Why Android Launchers matter to the B2B MarketerLeave a Comment (0) ↓
When you open your iPhone, you can of course change your background image. But the way the buttons appear – that’s the intrinsic Apple look and feel, part of what you pay for.
But have you ever wondered why Android phones all look and work differently, so that the Samsung operation from your home page is different to that of HTC, LG and others?
Well that is all now changing – and in ways that are interesting businesses that want to understand how consumers use their devices, and would like to influence those processes.
Research firm Nielsen has reported that people are spending 26% of the time that their devices are switched on, working from the home screen. This makes it a very important area, which is now being fought over. It is after all ‘the launchpad’, the key to all subsequent mobile activity.
Hence the upsurge of Android launcher apps, of which there are already 4500 in Play Store (let alone other outlets) and the numbers continue to grow in this highly contested market. People are really taking to the idea of personalising their Android-based devices: research by Flurry showed a doubling of launcher users between Q4 2013 and Q1 2014. Some even use such apps to mimic iPhones, which is perhaps a bit sad: or maybe they are being ironic…
This is known by some commentators as the fight to gain ‘first swipe’.
If you want to try one of these out, some apps (like GO Launcher EX) can be a great way of upgrading older devices that cannot use the latest Android 4: or if you are already up to speed with this version, you can gain extra functionality with the flashier apps. They offer ease of swiping, new widgets, and even 3D effects. But the big prizes for marketers are the data that they generate and the way that they can be used to serve up content.
This hotly-contested area has become much higher-profile since Yahoo brought it into the public eye by buying leading player Aviate for a reported $80m in early 2014. Why are they so interested in owning a piece of this action? Because it allows firms to monitor and therefore predict:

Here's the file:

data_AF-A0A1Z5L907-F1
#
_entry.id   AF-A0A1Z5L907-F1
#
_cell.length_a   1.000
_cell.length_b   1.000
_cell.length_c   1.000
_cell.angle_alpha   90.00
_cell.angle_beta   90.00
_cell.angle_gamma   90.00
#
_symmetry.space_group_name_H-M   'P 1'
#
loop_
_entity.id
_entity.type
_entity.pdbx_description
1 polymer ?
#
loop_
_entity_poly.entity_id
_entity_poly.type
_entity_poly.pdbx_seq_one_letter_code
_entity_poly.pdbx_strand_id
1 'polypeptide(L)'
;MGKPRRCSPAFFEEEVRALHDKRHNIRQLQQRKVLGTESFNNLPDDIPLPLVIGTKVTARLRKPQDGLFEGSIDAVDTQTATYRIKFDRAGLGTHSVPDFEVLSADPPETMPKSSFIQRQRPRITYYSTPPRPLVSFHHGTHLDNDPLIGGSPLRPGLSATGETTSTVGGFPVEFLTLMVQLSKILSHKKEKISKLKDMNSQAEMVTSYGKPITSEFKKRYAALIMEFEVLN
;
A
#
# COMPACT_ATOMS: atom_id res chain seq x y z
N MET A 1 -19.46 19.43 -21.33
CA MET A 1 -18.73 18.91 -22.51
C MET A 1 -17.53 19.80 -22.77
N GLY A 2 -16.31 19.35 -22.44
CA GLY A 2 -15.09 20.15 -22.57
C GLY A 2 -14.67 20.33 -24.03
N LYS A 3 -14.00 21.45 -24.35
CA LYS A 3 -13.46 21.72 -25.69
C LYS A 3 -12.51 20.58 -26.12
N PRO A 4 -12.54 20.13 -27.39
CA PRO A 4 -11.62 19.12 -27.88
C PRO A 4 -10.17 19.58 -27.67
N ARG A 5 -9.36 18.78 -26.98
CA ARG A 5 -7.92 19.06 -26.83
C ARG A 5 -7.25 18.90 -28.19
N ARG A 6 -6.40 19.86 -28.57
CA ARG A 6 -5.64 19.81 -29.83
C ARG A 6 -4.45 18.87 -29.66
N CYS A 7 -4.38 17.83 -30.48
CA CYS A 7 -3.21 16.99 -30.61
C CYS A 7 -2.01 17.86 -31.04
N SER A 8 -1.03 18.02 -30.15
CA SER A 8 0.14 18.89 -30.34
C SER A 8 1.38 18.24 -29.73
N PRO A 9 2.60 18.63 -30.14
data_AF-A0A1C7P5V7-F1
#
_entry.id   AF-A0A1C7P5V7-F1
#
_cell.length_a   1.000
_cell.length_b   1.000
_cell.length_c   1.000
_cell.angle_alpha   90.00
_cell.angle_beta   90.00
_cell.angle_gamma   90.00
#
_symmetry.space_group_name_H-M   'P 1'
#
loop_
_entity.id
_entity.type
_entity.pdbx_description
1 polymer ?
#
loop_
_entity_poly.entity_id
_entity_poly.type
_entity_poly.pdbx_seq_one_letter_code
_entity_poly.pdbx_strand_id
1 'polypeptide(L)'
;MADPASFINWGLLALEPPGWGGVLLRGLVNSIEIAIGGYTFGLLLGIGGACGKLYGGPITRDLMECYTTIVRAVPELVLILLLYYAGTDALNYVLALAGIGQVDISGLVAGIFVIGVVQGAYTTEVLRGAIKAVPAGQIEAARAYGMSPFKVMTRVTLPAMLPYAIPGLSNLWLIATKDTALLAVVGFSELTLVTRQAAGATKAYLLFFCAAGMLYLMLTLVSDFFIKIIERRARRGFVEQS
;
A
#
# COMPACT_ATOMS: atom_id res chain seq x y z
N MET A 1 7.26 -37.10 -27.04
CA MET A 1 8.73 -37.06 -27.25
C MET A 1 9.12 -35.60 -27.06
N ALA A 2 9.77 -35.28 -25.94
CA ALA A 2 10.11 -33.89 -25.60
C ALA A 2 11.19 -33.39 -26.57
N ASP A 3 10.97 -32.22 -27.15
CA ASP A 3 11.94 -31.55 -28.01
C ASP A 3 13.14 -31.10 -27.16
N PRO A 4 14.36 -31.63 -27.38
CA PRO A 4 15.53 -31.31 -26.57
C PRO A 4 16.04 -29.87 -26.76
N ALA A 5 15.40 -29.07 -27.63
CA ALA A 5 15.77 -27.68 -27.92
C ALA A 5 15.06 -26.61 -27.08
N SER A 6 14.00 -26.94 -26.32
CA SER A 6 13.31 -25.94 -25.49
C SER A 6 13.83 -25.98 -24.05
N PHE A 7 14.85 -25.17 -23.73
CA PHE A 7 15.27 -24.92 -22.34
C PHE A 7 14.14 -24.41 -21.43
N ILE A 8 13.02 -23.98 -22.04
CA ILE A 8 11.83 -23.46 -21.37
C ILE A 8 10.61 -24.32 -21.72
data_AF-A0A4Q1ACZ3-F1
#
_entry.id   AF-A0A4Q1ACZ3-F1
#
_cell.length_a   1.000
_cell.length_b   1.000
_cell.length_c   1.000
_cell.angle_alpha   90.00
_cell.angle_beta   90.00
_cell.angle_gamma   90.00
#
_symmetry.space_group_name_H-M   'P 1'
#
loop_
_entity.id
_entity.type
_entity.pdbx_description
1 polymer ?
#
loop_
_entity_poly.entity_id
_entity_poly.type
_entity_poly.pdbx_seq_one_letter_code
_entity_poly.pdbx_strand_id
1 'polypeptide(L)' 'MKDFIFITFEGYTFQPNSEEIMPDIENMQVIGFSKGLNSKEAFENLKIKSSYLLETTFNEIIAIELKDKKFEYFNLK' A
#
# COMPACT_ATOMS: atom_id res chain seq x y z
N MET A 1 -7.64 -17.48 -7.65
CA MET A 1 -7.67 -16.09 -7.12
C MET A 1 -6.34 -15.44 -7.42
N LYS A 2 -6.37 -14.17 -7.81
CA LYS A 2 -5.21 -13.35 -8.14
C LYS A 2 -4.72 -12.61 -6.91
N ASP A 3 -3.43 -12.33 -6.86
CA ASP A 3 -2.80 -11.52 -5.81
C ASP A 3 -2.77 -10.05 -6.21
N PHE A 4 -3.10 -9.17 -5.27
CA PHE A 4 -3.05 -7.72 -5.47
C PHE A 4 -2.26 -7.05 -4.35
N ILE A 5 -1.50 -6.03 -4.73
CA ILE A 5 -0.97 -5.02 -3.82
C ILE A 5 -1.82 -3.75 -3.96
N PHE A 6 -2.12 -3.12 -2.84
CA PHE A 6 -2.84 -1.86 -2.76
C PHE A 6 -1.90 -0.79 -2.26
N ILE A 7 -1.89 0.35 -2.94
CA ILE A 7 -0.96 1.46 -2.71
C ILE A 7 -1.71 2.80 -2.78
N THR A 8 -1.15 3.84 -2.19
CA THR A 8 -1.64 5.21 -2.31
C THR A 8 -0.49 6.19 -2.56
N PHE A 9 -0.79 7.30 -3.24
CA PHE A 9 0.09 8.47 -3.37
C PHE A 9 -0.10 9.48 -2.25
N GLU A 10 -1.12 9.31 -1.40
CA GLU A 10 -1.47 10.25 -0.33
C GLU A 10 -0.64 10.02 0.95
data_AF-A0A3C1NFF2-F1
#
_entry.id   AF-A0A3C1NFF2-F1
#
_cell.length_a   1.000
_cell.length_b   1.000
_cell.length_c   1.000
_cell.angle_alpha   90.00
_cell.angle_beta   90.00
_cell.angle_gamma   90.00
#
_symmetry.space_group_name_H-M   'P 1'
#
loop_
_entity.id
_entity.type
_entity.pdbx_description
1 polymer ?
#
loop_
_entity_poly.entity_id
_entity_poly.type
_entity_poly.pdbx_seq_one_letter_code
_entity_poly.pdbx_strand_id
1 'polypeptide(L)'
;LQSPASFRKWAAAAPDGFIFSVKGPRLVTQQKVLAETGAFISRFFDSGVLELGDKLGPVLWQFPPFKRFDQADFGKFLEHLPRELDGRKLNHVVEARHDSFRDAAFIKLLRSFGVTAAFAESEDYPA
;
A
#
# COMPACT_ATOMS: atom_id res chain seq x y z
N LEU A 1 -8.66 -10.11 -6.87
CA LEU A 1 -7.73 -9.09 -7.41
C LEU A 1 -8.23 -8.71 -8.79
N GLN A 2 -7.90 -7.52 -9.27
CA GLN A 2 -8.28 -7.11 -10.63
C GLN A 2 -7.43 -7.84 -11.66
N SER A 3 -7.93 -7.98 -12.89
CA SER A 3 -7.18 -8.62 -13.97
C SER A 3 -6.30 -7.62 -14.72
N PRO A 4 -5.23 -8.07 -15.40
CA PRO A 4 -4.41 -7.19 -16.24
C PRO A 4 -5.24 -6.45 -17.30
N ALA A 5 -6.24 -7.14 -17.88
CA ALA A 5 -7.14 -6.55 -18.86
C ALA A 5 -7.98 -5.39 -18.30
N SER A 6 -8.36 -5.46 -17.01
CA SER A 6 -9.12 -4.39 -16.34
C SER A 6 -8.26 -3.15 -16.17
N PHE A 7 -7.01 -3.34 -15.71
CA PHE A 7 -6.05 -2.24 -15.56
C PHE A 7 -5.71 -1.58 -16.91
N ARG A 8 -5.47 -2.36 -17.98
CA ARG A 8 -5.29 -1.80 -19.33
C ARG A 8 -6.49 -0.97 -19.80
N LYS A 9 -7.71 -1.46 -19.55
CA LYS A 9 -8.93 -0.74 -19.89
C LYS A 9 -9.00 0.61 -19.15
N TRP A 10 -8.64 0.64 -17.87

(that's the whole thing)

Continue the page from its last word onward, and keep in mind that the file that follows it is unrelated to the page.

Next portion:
- Times of greatest usage
- Locations (domestic, work, leisure etc.)
- Products most sought
- Services searched for
Aviate alone is said to have >1 million users. Many of these will be of interest to B2B marketers seeking to relay tailored work-related messages at appropriate times, to the right people. Other leading brands include Apex, Lightning Launcher and Nova. They tend to offer basic free versions (with paid-for ads) and paid-for (ad-free) options with more features and greater stability.
Hard wired launchers
But it is not just software suppliers who are going to be supplying valuable data to advertisers, B2B or B2C: the hardware is already getting in on the act. Now that Amazon has its own Fire smartphone brand, it is building in a standard interface that is nakedly commercial, directing purchasers to products (available from Amazon, naturally) in many categories. Where Amazon leads, be sure that others will follow.
Google of course has its hardware brand too, Nexus, and it supports it with Google Experience Launcher as an officially approved product. You can make basic voice commands – it’s not exactly Siri-like, but it’s an advance on the standard offering.
Another interesting development is the acquisition by Twitter of Cover, a ‘smart lock’ piece of security software – the social network is now able to message you through Cover, even before you unlock your phone. This is not just ‘first swipe’ – it is ‘pre swipe’…
And the phenomenon will go beyond the phone – the latest development is the introduction of a launch app designed specifically for smart glasses and watches – ‘Android Wear’.
This is a fast-emerging technology and one to watch (forgive the pun). You can be sure that we will be monitoring the opportunities for Hannon Digital customers to take full use of the launch app explosion.